Research – Characteristics of Norovirus Food Poisoning Outbreaks in Korea in the 2000s

Journal of Food Protection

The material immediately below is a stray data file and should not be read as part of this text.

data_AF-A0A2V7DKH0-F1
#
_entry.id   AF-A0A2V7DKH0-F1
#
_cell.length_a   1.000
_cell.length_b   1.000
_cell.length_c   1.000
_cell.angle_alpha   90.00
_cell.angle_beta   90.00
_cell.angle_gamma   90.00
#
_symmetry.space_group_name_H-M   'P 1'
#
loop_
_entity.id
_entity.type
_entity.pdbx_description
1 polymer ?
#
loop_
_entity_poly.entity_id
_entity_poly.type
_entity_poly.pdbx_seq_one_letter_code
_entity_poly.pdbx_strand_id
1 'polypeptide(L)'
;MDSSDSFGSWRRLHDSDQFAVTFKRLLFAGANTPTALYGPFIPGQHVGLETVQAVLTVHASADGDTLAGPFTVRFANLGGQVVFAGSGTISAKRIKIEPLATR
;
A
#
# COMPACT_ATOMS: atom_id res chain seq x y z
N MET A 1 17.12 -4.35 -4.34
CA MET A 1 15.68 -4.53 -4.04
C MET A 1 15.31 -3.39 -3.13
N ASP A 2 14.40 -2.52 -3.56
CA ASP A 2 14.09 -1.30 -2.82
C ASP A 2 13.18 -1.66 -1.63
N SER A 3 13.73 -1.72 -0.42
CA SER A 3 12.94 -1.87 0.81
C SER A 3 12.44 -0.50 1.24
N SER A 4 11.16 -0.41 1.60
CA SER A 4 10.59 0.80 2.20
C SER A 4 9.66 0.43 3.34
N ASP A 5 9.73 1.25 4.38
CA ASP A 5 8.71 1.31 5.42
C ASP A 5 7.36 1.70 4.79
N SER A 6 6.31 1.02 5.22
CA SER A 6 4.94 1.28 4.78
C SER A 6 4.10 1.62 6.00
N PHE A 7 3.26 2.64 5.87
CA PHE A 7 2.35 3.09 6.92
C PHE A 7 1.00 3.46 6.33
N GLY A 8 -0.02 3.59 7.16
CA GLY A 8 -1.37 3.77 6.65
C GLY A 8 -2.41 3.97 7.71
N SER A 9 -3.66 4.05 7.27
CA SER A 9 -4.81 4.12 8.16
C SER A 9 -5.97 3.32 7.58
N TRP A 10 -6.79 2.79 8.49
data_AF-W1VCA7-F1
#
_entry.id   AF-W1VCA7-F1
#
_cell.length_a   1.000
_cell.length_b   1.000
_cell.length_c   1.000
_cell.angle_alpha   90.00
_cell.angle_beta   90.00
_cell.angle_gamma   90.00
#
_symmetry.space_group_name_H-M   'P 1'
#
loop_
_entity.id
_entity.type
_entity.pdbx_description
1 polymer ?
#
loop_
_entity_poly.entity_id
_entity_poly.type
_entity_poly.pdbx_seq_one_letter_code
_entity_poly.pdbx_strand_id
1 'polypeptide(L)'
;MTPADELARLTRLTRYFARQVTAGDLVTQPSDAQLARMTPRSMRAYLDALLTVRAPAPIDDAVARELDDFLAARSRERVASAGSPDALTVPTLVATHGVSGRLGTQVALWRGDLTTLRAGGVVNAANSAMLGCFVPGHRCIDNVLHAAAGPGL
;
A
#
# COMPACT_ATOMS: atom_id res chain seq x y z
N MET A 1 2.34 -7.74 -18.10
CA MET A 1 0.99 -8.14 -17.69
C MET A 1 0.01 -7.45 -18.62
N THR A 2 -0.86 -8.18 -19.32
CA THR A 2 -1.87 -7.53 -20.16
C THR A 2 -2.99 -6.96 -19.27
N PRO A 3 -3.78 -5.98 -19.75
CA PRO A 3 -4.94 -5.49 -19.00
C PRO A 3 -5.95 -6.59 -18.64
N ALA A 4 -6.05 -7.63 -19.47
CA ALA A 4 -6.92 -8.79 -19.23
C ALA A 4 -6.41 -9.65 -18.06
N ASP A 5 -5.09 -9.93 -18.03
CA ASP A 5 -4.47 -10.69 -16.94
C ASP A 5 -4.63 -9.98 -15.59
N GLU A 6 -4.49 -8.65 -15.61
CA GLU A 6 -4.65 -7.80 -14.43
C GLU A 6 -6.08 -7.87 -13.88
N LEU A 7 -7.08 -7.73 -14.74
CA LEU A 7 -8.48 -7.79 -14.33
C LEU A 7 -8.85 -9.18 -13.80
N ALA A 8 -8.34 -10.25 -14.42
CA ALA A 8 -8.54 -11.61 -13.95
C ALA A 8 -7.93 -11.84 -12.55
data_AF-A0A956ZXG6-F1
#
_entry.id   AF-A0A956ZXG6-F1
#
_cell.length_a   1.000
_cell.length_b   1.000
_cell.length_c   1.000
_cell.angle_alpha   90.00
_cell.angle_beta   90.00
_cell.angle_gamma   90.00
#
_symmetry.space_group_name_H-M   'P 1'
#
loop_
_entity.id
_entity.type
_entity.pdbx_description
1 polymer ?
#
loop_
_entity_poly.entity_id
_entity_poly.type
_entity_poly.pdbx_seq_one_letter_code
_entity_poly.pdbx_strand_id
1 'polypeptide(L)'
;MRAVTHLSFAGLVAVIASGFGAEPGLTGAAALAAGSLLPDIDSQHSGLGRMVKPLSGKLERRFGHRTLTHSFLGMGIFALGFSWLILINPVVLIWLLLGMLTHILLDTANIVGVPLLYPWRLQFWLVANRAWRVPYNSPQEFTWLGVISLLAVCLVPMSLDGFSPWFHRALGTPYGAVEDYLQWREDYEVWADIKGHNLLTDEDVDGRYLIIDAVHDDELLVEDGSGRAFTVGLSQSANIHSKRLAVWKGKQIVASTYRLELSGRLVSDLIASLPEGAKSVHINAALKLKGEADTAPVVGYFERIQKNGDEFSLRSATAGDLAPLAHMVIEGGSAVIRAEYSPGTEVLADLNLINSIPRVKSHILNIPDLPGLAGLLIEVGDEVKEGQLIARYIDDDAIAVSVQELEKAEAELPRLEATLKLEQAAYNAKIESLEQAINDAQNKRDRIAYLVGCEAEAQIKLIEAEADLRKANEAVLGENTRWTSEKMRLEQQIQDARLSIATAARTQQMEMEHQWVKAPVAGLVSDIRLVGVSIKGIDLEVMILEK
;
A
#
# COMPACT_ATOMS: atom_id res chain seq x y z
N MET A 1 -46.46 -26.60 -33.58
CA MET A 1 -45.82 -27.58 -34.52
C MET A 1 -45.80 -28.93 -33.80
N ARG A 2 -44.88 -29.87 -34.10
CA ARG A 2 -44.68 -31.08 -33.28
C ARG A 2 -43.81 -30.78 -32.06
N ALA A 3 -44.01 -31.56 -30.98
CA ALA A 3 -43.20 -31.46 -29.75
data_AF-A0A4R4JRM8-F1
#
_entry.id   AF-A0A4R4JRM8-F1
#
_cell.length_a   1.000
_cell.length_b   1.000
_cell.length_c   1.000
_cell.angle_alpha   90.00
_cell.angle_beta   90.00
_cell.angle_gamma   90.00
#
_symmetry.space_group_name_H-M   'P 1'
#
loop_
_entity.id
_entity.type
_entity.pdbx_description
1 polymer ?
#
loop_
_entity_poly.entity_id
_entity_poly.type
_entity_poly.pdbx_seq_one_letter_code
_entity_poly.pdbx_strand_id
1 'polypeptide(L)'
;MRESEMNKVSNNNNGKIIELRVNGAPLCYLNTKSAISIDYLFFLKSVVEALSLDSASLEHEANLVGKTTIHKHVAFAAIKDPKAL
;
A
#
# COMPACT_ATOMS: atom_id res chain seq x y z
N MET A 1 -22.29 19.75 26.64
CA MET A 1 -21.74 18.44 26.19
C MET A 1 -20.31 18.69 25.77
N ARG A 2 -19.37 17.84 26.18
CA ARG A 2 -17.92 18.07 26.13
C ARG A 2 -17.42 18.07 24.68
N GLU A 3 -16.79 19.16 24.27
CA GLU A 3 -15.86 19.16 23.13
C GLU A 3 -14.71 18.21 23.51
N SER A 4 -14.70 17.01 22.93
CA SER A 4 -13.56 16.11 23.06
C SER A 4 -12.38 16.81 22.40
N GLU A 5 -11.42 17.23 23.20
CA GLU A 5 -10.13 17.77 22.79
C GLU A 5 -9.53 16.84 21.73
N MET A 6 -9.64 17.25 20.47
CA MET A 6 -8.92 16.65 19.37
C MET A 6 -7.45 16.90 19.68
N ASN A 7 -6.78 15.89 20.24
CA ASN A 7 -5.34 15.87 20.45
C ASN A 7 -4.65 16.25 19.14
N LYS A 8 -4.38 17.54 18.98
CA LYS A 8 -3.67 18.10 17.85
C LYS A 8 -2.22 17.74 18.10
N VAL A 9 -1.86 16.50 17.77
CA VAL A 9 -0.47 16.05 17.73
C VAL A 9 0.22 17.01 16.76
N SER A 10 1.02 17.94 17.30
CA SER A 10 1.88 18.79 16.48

Norovirus food poisoning outbreaks in Korea (South) appeared in 2000s and have been increasing since then. We aimed to investigate the epidemiological features of norovirus food poisoning outbreaks in Korea over the past years (2002 ~ 2017), based on official food poisoning statistics and available reports, and to find their association with climate factors. Norovirus was the most common cause of food poisoning among known causative substances in Korea during the study period. More than one-third of the incidents occurred in group meal-service facilities, including school lunch programs. A few of these facilities used groundwater contaminated with noroviruses to wash / cook food, which contributed to outbreaks. Norovirus occurrences showed strong seasonality; cold and relatively dry winter air may help norovirus to flourish. Both norovirus genotypes GI and GII infectious to humans were detected, with GII becoming more prevalent than GI. According to our correlation analysis in connection with climate factors, average temperatures, the highest and lowest temperatures, precipitation, the number of rain days, and humidity showed a significant negative correlation with a monthly norovirus occurrence (p < 0.05). The lowest temperature and average temperature had higher coefficients of correlation, -0.377 and -0.376, respectively. The norovirus outbreaks in Korea showed complex etiological characteristics, although it more prevailed in wintertime, and are now considered as a major public health problem. The use of groundwater in group meal-service settings has a public health impact as well as norovirus concern, therefore groundwater used in food service facilities / business should be treated for safety.

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